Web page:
Objective—To compare biomechanical characteristics of vertebral segments after vertebral body plating or laminar stabilization following complete incision of the annulus fibrosus.
Sample—Vertebral segments from T13 through L3 obtained from 18 canine cadavers.
Procedures—A 4-point bending moment was applied in flexion and extension to the intact vertebral segments to determine a baseline range of motion (ROM) and neutral zone (NZ). Vertebral columns were then destabilized by creating a defect in the intervertebral disk via complete incision of the ventral aspect of the annulus fibrosus. The bending moment was applied again after stabilization was accomplished via vertebral body plating or with laminar stabilization (n = 9 vertebral segments/stabilization technique). The ROM and NZ were compared with their baseline values and among treatment groups. Finally, load-to-failure testing was performed in flexion.
Results—Mean relative ROM and NZ for segments treated with laminar stabilization were significantly lower than those for segments treated with vertebral plates.
Conclusions and Clinical Relevance—Analysis of in vitro results suggested that laminar stabilization of vertebral segments provided greater stiffness than did vertebral body plating.
Objective—To determine the association between the 3-dimensional (3-D) motion pattern of the caudal lumbar and lumbosacral portions of the canine vertebral column and the morphology of vertebrae, facet joints, and intervertebral disks.
Sample Population—Vertebral columns of 9 German Shepherd Dogs and 16 dogs of other breeds with similar body weights and body conditions.
Procedure—Different morphometric parameters of the vertebral column were assessed by computed tomography (CT) and magnetic resonance imaging. Anatomic conformation and the 3-D motion pattern were compared, and correlation coefficients were calculated.
Results—Total range of motion for flexion and extension was mainly associated with the facet joint angle, the facet joint angle difference between levels of the vertebral column in the transverse plane on CT images, disk height, and lever arm length.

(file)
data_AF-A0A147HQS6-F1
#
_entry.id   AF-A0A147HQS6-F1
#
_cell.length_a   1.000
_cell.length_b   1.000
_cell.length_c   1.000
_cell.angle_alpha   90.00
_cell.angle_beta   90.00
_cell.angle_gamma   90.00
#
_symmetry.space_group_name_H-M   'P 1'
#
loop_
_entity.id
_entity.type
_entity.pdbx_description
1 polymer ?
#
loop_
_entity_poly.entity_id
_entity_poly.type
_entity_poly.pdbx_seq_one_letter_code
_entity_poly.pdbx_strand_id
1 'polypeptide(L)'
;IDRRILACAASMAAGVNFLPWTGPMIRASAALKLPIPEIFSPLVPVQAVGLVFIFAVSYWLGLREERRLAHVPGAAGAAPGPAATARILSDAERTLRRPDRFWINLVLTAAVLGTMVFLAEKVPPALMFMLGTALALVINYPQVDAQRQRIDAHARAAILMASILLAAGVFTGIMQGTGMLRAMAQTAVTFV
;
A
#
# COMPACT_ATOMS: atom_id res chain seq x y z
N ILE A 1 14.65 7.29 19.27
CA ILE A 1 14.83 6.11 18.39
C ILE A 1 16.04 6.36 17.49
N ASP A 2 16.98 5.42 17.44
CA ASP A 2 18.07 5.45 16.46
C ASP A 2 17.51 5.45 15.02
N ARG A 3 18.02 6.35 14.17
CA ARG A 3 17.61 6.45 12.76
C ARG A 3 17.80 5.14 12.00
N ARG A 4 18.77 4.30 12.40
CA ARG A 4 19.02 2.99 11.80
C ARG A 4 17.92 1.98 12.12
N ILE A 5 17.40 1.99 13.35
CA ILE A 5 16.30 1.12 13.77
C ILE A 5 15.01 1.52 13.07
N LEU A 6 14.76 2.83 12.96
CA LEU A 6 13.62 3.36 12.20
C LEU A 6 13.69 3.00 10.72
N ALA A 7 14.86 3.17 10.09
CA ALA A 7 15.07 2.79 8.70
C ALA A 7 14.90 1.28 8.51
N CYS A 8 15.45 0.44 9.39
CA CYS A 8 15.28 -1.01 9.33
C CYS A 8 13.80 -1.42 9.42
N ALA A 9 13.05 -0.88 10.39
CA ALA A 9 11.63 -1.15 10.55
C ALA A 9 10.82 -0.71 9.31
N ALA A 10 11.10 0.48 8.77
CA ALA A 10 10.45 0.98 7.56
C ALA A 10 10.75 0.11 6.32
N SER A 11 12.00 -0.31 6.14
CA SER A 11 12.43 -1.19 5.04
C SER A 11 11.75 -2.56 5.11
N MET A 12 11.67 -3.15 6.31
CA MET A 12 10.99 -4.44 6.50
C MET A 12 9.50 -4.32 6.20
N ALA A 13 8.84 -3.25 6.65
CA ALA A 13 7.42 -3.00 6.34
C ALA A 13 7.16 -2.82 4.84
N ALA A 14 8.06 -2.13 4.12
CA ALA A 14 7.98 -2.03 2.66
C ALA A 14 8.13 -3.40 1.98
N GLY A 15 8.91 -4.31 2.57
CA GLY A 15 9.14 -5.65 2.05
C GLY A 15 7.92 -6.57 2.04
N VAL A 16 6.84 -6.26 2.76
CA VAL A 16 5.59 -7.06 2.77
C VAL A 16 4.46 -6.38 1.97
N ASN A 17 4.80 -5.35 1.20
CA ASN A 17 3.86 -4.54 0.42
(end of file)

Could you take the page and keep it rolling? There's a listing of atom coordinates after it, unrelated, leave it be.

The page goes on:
Conclusions and Clinical Relevance—Motion is a complex process that is influenced by the entire 3-D conformation of the lumbar portion of the vertebral column. In vivo dynamic measurements of the 3-D motion pattern of the lumbar and lumbosacral portions of the vertebral column will be necessary to further assess biomechanics that could lead to disk degeneration in dogs.
Objective—To evaluate the 3-dimensional motion
pattern including main and coupled motions of the
caudal lumbar and lumbosacral portions of the vertebral
column of dogs.
Animals—Vertebral columns of 9 German Shepherd
Dogs (GSDs) and 16 dogs of other breeds with similar
body weights and body conditions .
Procedure—Main and coupled motions of the caudal
lumbar and lumbosacral portions of the vertebral column
(L4 to S1) were determined by use of a testing
apparatus that permitted precise application of known
pure moments to the vertebral column. Motion was
compared between GSDs and dogs of other breeds.
Results—All specimens had a similar motion pattern
consisting of main motion and a certain amount of
coupled motion including translation. Vertebral
columns of GSDs had significantly less main motion
in all directions than that of dogs of other breeds.
Translation was similar in GSDs and dogs of other
breeds and was smallest at the lumbosacral motion
Conclusions and Clinical Relevance—Results indicated
that motion in the caudal lumbar and lumbosacral
portions of the vertebral column of dogs is
complex and provided a basis for further studies evaluating
abnormal vertebral columns. ( Am J Vet Res 2004;65:544–552)